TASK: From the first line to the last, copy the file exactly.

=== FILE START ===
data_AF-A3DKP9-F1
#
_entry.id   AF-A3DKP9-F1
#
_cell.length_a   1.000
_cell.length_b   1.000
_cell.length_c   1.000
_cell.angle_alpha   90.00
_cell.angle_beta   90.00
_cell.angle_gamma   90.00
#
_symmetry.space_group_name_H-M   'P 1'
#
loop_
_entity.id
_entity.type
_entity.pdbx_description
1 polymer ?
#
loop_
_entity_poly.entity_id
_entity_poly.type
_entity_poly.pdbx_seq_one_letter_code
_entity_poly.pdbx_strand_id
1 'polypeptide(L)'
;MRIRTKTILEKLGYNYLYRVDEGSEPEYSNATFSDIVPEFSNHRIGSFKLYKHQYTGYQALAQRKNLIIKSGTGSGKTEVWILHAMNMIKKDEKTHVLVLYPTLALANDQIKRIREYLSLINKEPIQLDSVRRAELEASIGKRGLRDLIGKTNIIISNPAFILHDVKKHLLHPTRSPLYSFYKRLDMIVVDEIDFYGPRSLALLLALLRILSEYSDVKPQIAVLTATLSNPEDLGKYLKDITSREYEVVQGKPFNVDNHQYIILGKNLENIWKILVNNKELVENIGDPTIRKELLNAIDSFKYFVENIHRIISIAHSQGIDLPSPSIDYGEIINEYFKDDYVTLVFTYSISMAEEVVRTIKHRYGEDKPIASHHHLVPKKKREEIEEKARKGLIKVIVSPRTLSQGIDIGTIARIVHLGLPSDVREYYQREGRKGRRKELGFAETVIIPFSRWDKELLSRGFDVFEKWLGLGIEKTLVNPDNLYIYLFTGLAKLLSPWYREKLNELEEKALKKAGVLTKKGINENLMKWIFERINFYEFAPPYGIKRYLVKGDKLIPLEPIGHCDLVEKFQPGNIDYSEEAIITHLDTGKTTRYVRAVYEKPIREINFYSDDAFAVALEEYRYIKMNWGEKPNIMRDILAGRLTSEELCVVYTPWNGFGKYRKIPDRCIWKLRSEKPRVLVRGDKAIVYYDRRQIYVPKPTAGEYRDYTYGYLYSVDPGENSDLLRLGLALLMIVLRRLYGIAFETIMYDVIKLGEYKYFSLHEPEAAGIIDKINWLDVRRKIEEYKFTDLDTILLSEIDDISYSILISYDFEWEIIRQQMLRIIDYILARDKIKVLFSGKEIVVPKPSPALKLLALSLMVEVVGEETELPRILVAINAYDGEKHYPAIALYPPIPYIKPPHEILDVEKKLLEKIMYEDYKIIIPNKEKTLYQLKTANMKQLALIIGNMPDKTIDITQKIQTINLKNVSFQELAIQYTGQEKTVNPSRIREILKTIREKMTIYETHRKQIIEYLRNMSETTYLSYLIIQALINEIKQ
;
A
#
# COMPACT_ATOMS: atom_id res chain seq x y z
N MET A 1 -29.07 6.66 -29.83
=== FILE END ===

data_AF-A3DKP9-F1
#
_entry.id   AF-A3DKP9-F1
#
_cell.length_a   1.000
_cell.length_b   1.000
_cell.length_c   1.000
_cell.angle_alpha   90.00
_cell.angle_beta   90.00
_cell.angle_gamma   90.00
#
_symmetry.space_group_name_H-M   'P 1'
#
loop_
_entity.id
_entity.type
_entity.pdbx_description
1 polymer ?
#
loop_
_entity_poly.entity_id
_entity_poly.type
_entity_poly.pdbx_seq_one_letter_code
_entity_poly.pdbx_strand_id
1 'polypeptide(L)'
;MRIRTKTILEKLGYNYLYRVDEGSEPEYSNATFSDIVPEFSNHRIGSFKLYKHQYTGYQALAQRKNLIIKSGTGSGKTEVWILHAMNMIKKDEKTHVLVLYPTLALANDQIKRIREYLSLINKEPIQLDSVRRAELEASIGKRGLRDLIGKTNIIISNPAFILHDVKKHLLHPTRSPLYSFYKRLDMIVVDEIDFYGPRSLALLLALLRILSEYSDVKPQIAVLTATLSNPEDLGKYLKDITSREYEVVQGKPFNVDNHQYIILGKNLENIWKILVNNKELVENIGDPTIRKELLNAIDSFKYFVENIHRIISIAHSQGIDLPSPSIDYGEIINEYFKDDYVTLVFTYSISMAEEVVRTIKHRYGEDKPIASHHHLVPKKKREEIEEKARKGLIKVIVSPRTLSQGIDIGTIARIVHLGLPSDVREYYQREGRKGRRKELGFAETVIIPFSRWDKELLSRGFDVFEKWLGLGIEKTLVNPDNLYIYLFTGLAKLLSPWYREKLNELEEKALKKAGVLTKKGINENLMKWIFERINFYEFAPPYGIKRYLVKGDKLIPLEPIGHCDLVEKFQPGNIDYSEEAIITHLDTGKTTRYVRAVYEKPIREINFYSDDAFAVALEEYRYIKMNWGEKPNIMRDILAGRLTSEELCVVYTPWNGFGKYRKIPDRCIWKLRSEKPRVLVRGDKAIVYYDRRQIYVPKPTAGEYRDYTYGYLYSVDPGENSDLLRLGLALLMIVLRRLYGIAFETIMYDVIKLGEYKYFSLHEPEAAGIIDKINWLDVRRKIEEYKFTDLDTILLSEIDDISYSILISYDFEWEIIRQQMLRIIDYILARDKIKVLFSGKEIVVPKPSPALKLLALSLMVEVVGEETELPRILVAINAYDGEKHYPAIALYPPIPYIKPPHEILDVEKKLLEKIMYEDYKIIIPNKEKTLYQLKTANMKQLALIIGNMPDKTIDITQKIQTINLKNVSFQELAIQYTGQEKTVNPSRIREILKTIREKMTIYETHRKQIIEYLRNMSETTYLSYLIIQALINEIKQ
;
A
#
# COMPACT_ATOMS: atom_id res chain seq x y z
N MET A 1 -29.07 6.66 -29.83